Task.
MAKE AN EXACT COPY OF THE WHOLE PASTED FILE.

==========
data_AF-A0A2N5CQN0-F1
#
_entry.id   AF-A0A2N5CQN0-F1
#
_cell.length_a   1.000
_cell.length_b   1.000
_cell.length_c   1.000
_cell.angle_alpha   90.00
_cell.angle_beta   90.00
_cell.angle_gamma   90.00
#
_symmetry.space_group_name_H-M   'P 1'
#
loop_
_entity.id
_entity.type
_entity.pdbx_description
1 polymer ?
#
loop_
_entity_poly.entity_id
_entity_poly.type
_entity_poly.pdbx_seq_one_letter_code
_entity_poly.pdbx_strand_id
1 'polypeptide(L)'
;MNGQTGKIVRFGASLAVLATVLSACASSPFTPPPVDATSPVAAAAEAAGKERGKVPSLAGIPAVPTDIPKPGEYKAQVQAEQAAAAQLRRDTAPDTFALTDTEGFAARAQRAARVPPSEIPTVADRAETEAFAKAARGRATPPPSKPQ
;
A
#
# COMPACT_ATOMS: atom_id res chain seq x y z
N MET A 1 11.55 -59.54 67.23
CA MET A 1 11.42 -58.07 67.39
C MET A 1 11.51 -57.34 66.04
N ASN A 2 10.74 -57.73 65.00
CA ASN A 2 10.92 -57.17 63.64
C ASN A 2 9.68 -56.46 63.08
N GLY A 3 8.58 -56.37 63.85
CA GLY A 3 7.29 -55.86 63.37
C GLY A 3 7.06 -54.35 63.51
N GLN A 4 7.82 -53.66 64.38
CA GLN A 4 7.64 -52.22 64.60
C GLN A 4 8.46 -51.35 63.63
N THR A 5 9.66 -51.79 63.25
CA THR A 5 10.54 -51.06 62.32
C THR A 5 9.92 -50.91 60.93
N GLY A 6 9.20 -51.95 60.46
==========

data_AF-A0A2N5CQN0-F1
#
_entry.id   AF-A0A2N5CQN0-F1
#
_cell.length_a   1.000
_cell.length_b   1.000
_cell.length_c   1.000
_cell.angle_alpha   90.00
_cell.angle_beta   90.00
_cell.angle_gamma   90.00
#
_symmetry.space_group_name_H-M   'P 1'
#
loop_
_entity.id
_entity.type
_entity.pdbx_description
1 polymer ?
#
loop_
_entity_poly.entity_id
_entity_poly.type
_entity_poly.pdbx_seq_one_letter_code
_entity_poly.pdbx_strand_id
1 'polypeptide(L)'
;MNGQTGKIVRFGASLAVLATVLSACASSPFTPPPVDATSPVAAAAEAAGKERGKVPSLAGIPAVPTDIPKPGEYKAQVQAEQAAAAQLRRDTAPDTFALTDTEGFAARAQRAARVPPSEIPTVADRAETEAFAKAARGRATPPPSKPQ
;
A
#
# COMPACT_ATOMS: atom_id res chain seq x y z
N MET A 1 11.55 -59.54 67.23
CA MET A 1 11.42 -58.07 67.39
C MET A 1 11.51 -57.34 66.04
N ASN A 2 10.74 -57.73 65.00
CA ASN A 2 10.92 -57.17 63.64
C ASN A 2 9.68 -56.46 63.08
N GLY A 3 8.58 -56.37 63.85
CA GLY A 3 7.29 -55.86 63.37
C GLY A 3 7.06 -54.35 63.51
N GLN A 4 7.82 -53.66 64.38
CA GLN A 4 7.64 -52.22 64.60
C GLN A 4 8.46 -51.35 63.63
N THR A 5 9.66 -51.79 63.25
CA THR A 5 10.54 -51.06 62.32
C THR A 5 9.92 -50.91 60.93
N GLY A 6 9.20 -51.95 60.46